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Google site to aid the blind

Search giant tests site designed to serve up Web pages that software can easily read to blind users.

Google was set to unveil a Web search site on Thursday designed to help blind people find results that will work best with their text-to-speech software.

The new Google Accessible Search site, which will be available at early on Thursday, prioritizes the list of search results based on how simple the Web page layouts are, said T.V. Raman, research scientist in charge of the service.

For example, a user searching for "weather" will find pages with a lot of other content on them.

"To a user who can see, that might be fine," Raman said. "But if you are listening to the page (via screen reader software), a lot of information can prevent you from finding what you are looking for."

The service, which Raman characterized as an "early-stage experiment" out of Google Labs, looks at a number of signals by examining the HTML markup found on a Web page. It tends to favor pages that have few visual distractions and that are likely to render well with images turned off.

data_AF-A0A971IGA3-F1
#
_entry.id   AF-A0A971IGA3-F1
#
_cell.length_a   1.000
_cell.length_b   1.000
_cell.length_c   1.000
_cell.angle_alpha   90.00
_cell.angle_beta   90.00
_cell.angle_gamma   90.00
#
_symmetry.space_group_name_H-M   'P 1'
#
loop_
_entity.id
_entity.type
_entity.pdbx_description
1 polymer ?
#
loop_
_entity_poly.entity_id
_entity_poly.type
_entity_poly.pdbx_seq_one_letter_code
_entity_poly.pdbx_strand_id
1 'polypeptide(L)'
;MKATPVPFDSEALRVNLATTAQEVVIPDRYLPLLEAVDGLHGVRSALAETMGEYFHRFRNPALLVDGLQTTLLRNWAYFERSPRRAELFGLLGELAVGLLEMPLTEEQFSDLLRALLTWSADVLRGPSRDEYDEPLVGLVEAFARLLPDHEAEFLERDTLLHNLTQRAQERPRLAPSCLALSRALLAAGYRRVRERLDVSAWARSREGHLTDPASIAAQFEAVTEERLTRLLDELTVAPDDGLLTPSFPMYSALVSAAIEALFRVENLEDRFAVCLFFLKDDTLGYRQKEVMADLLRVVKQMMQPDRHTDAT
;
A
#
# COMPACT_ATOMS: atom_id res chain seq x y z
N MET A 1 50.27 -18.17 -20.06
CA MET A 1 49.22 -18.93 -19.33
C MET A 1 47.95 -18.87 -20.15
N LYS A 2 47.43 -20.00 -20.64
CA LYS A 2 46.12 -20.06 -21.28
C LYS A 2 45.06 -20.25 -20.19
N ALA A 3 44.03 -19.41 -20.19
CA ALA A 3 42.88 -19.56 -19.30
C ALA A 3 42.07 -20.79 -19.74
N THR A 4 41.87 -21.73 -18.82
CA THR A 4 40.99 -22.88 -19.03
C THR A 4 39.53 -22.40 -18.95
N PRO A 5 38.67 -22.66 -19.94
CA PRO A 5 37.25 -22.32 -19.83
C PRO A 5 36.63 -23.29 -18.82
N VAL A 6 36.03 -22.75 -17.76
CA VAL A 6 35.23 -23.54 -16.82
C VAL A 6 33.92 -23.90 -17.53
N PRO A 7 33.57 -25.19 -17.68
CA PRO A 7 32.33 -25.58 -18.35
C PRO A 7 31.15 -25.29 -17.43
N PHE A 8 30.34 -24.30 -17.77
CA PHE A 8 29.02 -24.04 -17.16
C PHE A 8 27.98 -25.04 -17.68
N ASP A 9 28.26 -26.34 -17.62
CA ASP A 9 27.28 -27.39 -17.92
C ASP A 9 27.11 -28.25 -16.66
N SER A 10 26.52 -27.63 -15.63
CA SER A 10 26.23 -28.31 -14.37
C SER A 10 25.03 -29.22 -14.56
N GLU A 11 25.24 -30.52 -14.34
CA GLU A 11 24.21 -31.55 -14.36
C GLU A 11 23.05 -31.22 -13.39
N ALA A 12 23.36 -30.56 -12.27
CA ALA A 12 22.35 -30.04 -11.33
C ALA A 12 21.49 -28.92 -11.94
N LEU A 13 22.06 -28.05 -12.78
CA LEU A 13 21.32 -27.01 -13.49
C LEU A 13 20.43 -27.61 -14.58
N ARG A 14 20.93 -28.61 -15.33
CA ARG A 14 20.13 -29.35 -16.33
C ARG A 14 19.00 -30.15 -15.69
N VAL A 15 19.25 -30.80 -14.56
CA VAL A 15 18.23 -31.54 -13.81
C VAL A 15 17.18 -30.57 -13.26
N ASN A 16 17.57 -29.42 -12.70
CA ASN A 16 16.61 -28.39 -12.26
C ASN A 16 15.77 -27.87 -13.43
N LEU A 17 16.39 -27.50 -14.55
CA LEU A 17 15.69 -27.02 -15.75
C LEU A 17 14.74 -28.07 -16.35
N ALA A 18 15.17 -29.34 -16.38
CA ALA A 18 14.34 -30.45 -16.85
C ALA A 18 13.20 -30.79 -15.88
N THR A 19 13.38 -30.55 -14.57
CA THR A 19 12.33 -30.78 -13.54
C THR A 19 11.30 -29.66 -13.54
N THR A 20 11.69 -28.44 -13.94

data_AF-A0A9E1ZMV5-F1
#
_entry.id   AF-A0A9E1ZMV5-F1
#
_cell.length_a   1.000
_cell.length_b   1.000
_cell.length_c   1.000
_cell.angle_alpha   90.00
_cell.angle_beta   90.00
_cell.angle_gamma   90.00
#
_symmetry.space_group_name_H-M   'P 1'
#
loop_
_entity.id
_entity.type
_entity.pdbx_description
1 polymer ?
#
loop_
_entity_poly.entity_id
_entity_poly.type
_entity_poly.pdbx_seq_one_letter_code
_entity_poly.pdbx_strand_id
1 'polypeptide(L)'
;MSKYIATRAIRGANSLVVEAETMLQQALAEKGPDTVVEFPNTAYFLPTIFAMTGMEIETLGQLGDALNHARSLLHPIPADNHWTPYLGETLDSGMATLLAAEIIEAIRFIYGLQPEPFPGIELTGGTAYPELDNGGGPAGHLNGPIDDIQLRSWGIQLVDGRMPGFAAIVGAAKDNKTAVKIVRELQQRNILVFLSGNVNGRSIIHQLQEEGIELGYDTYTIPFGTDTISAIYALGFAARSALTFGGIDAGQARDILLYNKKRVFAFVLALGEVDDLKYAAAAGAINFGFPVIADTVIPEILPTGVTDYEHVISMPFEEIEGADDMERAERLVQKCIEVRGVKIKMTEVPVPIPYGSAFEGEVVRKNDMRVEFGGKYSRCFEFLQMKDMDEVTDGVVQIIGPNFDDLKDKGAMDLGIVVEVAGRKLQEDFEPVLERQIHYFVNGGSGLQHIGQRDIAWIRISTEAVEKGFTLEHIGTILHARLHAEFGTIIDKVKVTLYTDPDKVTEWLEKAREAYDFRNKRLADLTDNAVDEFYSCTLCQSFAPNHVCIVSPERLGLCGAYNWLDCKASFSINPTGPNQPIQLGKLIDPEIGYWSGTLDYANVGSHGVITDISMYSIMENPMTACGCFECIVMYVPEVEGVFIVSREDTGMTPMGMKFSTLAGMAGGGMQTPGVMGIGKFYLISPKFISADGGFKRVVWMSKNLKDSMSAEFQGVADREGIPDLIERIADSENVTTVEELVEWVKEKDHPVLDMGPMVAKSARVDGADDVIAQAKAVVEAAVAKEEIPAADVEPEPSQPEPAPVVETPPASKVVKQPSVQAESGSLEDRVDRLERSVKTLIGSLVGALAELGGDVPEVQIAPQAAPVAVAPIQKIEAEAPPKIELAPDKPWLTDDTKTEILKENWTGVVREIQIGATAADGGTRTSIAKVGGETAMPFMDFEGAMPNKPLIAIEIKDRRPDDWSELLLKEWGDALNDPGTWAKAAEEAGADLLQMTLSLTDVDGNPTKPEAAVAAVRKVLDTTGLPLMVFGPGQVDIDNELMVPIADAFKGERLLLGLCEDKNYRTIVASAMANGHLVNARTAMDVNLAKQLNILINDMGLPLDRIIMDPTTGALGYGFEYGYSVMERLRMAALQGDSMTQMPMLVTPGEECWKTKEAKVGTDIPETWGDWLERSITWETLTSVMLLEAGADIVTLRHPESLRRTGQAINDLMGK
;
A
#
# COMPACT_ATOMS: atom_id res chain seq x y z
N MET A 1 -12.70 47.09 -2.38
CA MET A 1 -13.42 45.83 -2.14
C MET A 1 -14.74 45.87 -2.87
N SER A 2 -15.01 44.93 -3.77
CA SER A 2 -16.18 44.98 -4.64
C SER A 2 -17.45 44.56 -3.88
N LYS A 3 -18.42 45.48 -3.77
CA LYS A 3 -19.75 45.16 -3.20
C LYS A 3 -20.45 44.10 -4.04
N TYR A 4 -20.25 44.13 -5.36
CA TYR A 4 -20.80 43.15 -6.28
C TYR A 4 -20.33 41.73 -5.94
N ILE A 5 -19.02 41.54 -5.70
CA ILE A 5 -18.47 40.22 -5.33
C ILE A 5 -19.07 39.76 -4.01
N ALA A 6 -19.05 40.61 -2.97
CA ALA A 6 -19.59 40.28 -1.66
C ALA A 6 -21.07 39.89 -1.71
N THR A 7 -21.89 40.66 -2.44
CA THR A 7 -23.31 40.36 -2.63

Google Accessible Search is built on the same technology underlying Google Co-op, which prioritizes search results based on specialized interests.

Raman said he built the service "for purely selfish reasons" after joining Google about a year ago. Google hopes user feedback will help it improve the service.

David Faucheux, a blind man who uses Google and writer of the Blind Chance audio blog, said Web search for people who can't see sorely needs improvement. "I hope they can make things easy to use," he wrote in an e-mail. "I do a Google search and usually after the first several hits, I don't continue to look for anything."